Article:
I found this very interesting…….

Bruce_ButterfieldBruce_Butterfield Posts: 1,071 Mega Baller
edited November 2014 in Advanced Topics
The recently posted slow motion video of Terry Winter had many examples of great technique. However, there was one particular thing Terry does that I have not seen as pronounced in any other skier. We always talk about what good body position should be, but what limits most of us is “how” to achieve that position. This video gave me one of those “ahaahhhh” moments.

As he approaches and goes through the wakes, he pulls his trailing elbow back while simultaneously thrusting his knees/hips/ski forward. This is really hard to see at full speed, but in slo-mo it’s very distinct. The motion appears to be like pulling to start a lawnmower or chainsaw – that is pulling back, not in.

The mid point of this is that shortly after the second wake, his trailing (inside) elbow is at a full 90 degree angle coming into 1/3 and almost 90 degrees coming into 2/4. Handle control at its finest. This is apparent at all line lengths, but becomes less pronounced by 41.








Outside of the obvious difference of TW having his ski WAAAY out in front, the more important effect is in the rotation of the hips and upper body. While I think “counter-rotation” is widely misunderstood, it is easy to see the difference in how the shoulders are turned more clockwise between TW and the FOG*.

Digging a little deeper, the more important subtlety that I think this “pull back” motion really does is help to rotate the hips outbound – clockwise going into 1/3 (or more accurately resist the hips from being rotated into the turn). That’s where the counter rotation really happens – with the hips, not the shoulders.





Look at the difference in rotation of the hips and shoulders – and how can that be changed?

What it looks like to me is that this can be initiated by pulling the trailing hand/elbow back smoothly and firmly and simultaneously moving the inside hip forward. After trying this on land with just a handle section, the feeling is like corkscrewing the hips and keeping pressure on the outside shoulder through the motion. This is a motion that I think most skiers can physically do since the arm motion is not directly against the pull of the boat as opposed to thinking “hold the handle to the hips on the edge change” in direct opposition to the boat. Again, think of the motion of pull starting a lawnmower.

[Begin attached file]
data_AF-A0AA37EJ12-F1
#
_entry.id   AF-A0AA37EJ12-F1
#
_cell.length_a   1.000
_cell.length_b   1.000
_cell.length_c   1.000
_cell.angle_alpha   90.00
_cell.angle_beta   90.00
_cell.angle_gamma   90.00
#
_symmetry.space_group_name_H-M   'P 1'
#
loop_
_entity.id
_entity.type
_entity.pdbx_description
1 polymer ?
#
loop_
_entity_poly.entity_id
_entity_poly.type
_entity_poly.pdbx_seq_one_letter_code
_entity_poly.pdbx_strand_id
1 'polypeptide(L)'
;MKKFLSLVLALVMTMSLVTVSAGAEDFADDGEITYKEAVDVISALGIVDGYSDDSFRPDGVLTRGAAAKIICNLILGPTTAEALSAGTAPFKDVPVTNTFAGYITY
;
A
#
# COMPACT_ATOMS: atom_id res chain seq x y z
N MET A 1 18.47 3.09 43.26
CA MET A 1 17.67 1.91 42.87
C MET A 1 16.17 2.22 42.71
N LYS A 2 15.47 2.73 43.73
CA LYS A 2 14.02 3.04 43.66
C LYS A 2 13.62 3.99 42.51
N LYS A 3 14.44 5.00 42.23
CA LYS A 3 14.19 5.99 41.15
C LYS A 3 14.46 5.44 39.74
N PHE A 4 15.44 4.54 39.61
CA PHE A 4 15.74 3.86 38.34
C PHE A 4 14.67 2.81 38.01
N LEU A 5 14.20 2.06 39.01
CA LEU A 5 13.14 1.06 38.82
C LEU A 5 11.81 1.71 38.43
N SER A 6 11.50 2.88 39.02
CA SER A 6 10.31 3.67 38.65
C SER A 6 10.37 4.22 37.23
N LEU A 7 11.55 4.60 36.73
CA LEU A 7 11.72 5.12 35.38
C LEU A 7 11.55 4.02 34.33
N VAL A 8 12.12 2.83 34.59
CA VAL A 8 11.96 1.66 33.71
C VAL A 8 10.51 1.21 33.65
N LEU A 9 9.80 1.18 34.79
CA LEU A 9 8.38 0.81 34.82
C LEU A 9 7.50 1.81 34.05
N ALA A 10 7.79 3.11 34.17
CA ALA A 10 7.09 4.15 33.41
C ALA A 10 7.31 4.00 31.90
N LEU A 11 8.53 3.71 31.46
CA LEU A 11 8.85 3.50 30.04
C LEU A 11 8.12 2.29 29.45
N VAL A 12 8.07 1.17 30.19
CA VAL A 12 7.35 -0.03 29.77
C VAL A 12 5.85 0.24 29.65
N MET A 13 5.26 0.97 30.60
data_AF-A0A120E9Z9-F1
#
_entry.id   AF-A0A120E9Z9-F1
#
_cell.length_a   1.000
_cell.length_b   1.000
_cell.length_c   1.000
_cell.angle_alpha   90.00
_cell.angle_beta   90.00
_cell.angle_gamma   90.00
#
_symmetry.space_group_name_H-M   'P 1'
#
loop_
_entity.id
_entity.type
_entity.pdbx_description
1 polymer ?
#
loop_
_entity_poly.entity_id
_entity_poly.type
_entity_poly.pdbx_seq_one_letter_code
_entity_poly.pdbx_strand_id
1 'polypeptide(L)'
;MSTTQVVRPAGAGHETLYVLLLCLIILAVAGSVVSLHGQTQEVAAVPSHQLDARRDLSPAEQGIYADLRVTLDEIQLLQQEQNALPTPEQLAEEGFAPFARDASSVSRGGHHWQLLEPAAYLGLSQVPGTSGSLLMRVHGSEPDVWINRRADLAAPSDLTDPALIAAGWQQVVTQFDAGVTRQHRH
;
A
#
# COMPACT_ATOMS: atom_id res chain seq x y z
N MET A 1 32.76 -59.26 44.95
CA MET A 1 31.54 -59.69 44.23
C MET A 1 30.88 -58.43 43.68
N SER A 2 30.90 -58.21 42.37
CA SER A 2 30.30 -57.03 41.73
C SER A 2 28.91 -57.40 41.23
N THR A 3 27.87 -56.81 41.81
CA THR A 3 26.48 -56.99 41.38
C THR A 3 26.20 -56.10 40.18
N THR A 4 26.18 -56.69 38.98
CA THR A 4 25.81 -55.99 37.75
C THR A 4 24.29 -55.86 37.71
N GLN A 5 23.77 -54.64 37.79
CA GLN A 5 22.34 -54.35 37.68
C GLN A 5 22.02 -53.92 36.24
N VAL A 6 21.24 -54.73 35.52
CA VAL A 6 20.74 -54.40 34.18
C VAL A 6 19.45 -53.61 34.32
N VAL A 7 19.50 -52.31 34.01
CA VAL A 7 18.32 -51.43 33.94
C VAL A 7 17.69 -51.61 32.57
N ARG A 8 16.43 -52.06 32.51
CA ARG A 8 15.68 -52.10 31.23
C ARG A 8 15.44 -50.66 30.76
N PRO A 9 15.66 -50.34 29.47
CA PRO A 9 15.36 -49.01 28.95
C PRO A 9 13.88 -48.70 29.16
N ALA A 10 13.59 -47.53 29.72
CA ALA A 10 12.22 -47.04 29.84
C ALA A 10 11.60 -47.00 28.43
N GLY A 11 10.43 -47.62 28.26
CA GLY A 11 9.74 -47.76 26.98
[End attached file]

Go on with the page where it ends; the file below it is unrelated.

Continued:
So no matter what position we have at the wakes, it can be improved by pulling back on the inside arm and pushing the inside hip toward shore.

This also ties in directly with handle control and keeping the upper body in a properly aligned position.

http://www.ballofspray.com/home-v16/tech-articles-mainmenu/87-what-the-heck-is-handle-control
http://www.ballofspray.com/home-v16/tech-articles-mainmenu/785-staying-open

Too bad it will be March before I can try it.

*FOG – Friggin Old Guy
If it was easy, they would call it wakeboarding.
6ballsSteven HainesTUPBradyBulldogRpc29ozskiSkiJayskialex

Comments

  • DirtDirt Posts: 1,438 Open or 55K Rated Skier
    I believe what you are seeing is how he snaps the ski across and outbound at edge change. When trying to do this, it may be better to concentrate on swinging/snapping/moving the ski across with countered hips. The handle is the pivot point and the elbow movement may be a result of the lower body movement.
    Then again, I may be completely wrong.
    I learned everything I know not to do from Horton
    WishHorton
  • Bruce_ButterfieldBruce_Butterfield Posts: 1,071 Mega Baller
    @dirt you are correct. Yours is just a different description of the same movement. There are many ways to describe this and what I wrote is what made sense to me.
    If it was easy, they would call it wakeboarding.
  • WishWish Posts: 6,808 Mega Baller
    edited November 2014
    What @Dirt said. He also deweight the ski by sucking his knees up...I think.
    >>> 11.25..a different kettle of fish. <<<
  • 6balls6balls Posts: 4,529 ★★★Triple Panda Award Recipient ★★★
    No way I can get the ski out in front of me like that anatomically, but the notion of elbow back is interesting to me and something that may kick me that notch wider that makes a difference. Thanks for posting.
    Dave Ross--die cancer die
  • HortonHorton Posts: 23,823 Administrator